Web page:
iNaturalist Sampson Creek Preserve Biodiversity Project
STARTED: January 2018
The Sampson Creek Preserve Biodiversity Project was started as a way to encourage visitors to participate in meaningful citizen-science by adding their observations, contributing not only to the biological inventories of the preserve, but also highlighting the outstanding biodiversity of the greater Cascade-Siskiyou eco-region.
iNatualist is an online gathering place for naturalists to record and corroborate their findings.
An Overview of Vegetation Communities and Common Plants of the Sampson Creek Preserve
DATE: April 2017
AUTHOR: Evan Frost, M.Sc of Wildwood Consulting
The objective of this report is to describe the dominant vegetation patterns, plant communities and common vascular plant species that occur on the Sampson Creek Preserve (hereafter abbreviated as ‘SCP’ or ‘preserve’). Plant community structure and composition on the SCP were evaluated via field surveys conducted during the spring and summer 2016. Traverses on foot were made at regular intervals across the property and used to qualitatively classify the vegetation into identifiable communities based on plant physiognomy, dominant species, landforms, disturbance history and other attributes. Based on this field assessment, a total of six primary vegetation types, most with several distinct subtypes or phases, were documented on the preserve and are described in the following sections:
Grasslands and Meadows, Shrublands, Oak Woodlands and Forests, Mixed Conifer Forests, Broadleaf Riparian Woodlands and Shrublands, Rock Outcrops and Barrens.
Sampson Creek Avian Inventory and Habitat Assessment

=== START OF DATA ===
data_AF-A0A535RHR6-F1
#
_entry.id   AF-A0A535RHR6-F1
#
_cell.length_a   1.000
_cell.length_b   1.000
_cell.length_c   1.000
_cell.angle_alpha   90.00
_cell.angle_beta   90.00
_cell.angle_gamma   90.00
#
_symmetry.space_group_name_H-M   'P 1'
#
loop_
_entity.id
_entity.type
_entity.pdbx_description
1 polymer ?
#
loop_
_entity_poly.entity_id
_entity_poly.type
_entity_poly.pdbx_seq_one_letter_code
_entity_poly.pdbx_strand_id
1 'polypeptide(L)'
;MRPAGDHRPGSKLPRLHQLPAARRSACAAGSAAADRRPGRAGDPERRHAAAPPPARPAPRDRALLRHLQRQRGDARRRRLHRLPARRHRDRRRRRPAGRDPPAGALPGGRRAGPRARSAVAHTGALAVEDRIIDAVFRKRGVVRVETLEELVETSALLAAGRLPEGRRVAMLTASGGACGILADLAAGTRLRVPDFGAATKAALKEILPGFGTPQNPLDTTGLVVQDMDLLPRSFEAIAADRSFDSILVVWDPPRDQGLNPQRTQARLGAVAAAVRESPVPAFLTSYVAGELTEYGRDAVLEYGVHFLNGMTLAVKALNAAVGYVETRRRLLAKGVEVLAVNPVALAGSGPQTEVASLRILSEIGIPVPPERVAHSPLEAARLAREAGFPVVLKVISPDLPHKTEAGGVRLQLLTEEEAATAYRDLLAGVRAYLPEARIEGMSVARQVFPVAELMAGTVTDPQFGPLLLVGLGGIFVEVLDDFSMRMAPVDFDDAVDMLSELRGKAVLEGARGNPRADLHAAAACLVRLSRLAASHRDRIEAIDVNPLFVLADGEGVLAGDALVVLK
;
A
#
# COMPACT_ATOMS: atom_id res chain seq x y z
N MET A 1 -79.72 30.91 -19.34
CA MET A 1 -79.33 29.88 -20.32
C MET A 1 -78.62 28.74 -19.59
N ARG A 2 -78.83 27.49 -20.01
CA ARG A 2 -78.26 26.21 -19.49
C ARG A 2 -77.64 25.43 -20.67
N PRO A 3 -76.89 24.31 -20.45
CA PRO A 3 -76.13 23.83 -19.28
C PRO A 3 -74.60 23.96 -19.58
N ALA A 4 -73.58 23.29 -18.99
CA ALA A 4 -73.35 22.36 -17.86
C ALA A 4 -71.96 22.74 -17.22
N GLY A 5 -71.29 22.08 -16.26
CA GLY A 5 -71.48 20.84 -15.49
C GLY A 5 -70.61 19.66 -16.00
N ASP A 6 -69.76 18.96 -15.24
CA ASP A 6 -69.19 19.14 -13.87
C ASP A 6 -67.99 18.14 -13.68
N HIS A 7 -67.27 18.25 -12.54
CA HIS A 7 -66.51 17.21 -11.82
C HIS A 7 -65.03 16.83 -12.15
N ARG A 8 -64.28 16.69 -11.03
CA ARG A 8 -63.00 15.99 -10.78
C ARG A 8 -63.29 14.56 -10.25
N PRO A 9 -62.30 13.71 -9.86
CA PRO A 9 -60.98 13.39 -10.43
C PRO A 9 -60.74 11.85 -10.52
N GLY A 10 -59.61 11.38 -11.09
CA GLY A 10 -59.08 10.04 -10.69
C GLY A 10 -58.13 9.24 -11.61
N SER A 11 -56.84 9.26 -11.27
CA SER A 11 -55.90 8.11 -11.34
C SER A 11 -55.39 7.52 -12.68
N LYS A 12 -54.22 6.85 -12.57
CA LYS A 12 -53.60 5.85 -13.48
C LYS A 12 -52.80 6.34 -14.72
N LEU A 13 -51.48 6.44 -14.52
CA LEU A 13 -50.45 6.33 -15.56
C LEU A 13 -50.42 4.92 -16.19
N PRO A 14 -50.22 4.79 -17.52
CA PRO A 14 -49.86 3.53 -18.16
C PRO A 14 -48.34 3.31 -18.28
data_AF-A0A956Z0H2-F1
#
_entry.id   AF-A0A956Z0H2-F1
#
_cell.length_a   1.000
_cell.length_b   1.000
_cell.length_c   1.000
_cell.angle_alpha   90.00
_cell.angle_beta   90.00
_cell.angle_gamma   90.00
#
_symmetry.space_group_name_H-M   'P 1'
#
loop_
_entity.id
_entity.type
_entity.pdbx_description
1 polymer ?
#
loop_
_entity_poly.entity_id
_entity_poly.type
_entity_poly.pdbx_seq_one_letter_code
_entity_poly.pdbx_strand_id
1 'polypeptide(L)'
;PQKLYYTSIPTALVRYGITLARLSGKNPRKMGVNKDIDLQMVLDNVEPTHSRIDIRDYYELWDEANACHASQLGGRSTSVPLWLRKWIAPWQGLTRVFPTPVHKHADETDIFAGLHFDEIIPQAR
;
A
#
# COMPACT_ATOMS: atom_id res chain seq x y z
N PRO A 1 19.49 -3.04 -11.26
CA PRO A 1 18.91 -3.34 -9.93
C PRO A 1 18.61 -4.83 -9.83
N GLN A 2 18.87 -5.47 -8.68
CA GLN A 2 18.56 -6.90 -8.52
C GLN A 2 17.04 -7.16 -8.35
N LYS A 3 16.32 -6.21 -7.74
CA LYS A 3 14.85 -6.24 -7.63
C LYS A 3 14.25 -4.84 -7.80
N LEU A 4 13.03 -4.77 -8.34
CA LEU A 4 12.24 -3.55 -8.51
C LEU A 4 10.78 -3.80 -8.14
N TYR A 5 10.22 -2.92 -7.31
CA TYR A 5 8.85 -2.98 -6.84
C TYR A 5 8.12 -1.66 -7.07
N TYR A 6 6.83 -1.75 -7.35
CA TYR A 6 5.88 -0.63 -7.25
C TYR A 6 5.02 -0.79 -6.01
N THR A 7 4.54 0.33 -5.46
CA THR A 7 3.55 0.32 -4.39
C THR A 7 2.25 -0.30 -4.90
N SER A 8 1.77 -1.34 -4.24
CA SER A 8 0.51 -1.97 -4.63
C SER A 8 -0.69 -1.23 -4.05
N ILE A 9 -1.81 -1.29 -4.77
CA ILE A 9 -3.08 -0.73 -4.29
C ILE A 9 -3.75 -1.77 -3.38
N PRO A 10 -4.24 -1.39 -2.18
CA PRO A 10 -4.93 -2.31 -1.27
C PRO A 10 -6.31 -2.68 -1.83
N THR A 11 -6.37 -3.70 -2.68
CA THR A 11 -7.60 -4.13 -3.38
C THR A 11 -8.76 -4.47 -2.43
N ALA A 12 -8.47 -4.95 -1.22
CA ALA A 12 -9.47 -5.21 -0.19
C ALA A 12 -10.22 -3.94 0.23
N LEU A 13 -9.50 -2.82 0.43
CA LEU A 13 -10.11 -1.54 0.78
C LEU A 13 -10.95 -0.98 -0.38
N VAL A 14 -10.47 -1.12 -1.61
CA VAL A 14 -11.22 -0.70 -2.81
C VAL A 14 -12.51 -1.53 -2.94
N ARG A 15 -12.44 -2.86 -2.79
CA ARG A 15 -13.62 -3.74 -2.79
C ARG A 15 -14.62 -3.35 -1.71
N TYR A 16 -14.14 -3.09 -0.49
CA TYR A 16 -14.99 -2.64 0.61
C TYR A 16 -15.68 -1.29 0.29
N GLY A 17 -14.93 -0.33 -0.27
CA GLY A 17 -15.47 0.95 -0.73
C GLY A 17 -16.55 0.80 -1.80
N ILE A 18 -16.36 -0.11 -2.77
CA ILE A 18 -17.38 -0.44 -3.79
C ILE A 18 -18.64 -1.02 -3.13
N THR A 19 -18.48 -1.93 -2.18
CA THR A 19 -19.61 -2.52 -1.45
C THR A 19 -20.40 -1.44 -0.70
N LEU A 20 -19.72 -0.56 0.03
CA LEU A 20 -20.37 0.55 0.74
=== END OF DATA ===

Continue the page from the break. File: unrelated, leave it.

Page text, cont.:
DATE: April 7, 2016
AUTHORS: Katherine E. Halstead and Jaime L. Stephens
PUBLISHER: Klamath Bird Observatory
In 2015, Klamath Bird Observatory completed an avian inventory on a 1700 ha parcel of private property along Sampson Creek in Jackson Co., OR. The study objective was to document bird species presence and abundance on the property, and to complete a general habitat assessment. In addition to an increased understanding of the bird community on the property, birds provide excellent indicators of habitat quality. Because each bird species responds slightly differently to habitat change, birds provide a good metric for quantifying changes in an ecosystem. In this way, the 2015 monitoring will provide a baseline for future comparison as management of the property evolves (e.g., changes to grazing regime).
Moths & Butterflies of The Sampson Creek Preserve
DATE: Inventory Results from 2016
AUTHOR: Dana Ross (Entomologist/Lepidoptera Specialist)
The Sampson Creek Preserve was sampled for butterflies and moths during June, July and September, 2016. A grand total of 252 species were documented and included 194 macro-moths, 9 micro-moths and 49 butterflies. They are presented here as an appendix in this report. Butterflies and day-flying moths were pursued during the midday hours with an insect net. Nocturnal moths were sampled over single night periods at 10 locations during each monthly visit using battery-powered backlight traps.
While many of the butterflies and moths found were common and widespread species, some can be considered quite rare. Of particular note, are several species of moths that represent first-time records for Jackson County and others that may be new species for the state of Oregon.